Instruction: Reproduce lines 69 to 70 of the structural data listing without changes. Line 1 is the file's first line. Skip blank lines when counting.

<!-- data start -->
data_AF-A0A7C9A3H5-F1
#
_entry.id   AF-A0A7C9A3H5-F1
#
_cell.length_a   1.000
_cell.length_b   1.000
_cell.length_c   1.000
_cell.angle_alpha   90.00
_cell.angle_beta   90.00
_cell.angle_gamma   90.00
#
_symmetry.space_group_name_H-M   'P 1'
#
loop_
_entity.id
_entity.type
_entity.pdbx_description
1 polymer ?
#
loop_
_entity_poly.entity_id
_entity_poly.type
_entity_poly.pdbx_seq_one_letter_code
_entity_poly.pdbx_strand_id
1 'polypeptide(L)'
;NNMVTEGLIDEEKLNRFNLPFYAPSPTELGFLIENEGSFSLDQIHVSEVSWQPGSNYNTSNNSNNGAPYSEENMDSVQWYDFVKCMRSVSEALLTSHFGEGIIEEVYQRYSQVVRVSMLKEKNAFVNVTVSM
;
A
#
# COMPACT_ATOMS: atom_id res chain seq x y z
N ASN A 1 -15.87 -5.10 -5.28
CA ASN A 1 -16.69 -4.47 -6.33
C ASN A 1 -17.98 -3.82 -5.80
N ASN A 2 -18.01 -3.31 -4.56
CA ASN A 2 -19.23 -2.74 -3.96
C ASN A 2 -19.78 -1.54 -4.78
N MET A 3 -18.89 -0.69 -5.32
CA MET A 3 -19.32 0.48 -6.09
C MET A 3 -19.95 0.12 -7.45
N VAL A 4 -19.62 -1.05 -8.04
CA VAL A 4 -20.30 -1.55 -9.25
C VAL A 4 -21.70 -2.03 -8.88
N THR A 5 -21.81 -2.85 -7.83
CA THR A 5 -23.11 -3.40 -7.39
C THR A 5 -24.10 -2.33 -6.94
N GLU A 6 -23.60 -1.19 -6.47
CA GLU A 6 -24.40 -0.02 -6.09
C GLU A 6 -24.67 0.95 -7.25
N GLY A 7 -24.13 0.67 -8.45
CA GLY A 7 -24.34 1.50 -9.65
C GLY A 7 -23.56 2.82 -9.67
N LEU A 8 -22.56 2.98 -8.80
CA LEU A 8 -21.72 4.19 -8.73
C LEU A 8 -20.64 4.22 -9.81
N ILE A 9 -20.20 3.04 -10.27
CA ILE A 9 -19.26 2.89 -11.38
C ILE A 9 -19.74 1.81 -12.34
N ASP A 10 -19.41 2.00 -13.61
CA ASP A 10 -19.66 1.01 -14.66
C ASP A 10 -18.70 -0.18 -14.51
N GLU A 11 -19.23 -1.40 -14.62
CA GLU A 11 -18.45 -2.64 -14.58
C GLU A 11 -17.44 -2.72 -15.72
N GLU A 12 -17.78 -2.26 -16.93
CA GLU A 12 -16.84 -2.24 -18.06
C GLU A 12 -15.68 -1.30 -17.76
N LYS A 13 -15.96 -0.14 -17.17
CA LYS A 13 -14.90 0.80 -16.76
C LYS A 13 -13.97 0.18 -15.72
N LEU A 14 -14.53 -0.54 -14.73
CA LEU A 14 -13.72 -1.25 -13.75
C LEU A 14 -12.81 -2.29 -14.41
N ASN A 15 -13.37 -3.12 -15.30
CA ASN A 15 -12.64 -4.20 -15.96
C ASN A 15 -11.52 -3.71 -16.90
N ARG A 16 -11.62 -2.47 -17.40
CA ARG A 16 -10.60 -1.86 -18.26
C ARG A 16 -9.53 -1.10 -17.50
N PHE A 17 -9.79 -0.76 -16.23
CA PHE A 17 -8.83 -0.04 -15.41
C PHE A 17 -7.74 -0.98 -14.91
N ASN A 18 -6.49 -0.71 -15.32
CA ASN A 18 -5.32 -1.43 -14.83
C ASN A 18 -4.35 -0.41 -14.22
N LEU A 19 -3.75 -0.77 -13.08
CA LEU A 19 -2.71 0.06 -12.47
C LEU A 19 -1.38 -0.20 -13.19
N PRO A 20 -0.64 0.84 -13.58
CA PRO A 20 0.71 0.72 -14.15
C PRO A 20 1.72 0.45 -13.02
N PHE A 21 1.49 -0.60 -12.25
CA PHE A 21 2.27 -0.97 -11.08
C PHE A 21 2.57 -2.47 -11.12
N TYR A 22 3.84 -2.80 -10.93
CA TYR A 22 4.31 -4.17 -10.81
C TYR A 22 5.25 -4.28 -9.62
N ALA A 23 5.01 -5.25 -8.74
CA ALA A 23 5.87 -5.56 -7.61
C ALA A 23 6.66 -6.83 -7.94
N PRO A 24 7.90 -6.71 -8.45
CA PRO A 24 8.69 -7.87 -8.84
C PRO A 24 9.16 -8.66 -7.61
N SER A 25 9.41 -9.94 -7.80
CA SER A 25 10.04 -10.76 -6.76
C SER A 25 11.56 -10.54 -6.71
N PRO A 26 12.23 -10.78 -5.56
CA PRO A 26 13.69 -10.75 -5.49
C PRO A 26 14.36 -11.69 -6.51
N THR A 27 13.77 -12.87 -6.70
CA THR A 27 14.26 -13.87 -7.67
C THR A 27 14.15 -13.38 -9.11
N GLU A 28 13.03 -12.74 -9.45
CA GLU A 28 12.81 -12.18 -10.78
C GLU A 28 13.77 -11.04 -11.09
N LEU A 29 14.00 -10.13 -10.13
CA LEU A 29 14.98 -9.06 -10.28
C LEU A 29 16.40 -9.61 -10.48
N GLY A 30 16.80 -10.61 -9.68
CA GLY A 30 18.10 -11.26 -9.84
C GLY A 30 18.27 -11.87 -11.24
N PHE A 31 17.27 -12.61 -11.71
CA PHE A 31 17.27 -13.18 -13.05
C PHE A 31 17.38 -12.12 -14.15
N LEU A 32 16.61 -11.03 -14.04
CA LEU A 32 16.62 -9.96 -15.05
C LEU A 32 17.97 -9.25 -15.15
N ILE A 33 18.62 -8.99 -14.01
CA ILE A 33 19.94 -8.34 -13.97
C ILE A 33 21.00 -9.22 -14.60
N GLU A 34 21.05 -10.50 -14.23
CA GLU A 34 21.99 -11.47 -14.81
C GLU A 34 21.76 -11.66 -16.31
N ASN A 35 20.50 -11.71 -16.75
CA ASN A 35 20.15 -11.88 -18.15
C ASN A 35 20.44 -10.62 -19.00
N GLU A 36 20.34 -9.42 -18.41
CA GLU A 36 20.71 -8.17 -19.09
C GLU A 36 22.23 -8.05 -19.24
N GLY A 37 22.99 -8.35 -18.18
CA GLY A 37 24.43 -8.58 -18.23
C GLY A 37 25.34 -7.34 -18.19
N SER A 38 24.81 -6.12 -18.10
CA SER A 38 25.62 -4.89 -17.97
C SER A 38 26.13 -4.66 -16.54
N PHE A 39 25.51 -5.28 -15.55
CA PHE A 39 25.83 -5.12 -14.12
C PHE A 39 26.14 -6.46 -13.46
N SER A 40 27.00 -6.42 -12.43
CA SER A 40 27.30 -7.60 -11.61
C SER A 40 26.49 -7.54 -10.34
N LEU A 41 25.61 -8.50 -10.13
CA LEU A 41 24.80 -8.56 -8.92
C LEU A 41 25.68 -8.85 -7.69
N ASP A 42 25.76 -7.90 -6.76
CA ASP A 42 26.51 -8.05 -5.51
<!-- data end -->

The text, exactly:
C LYS A 13 -13.97 0.18 -15.72
N LEU A 14 -14.53 -0.54 -14.73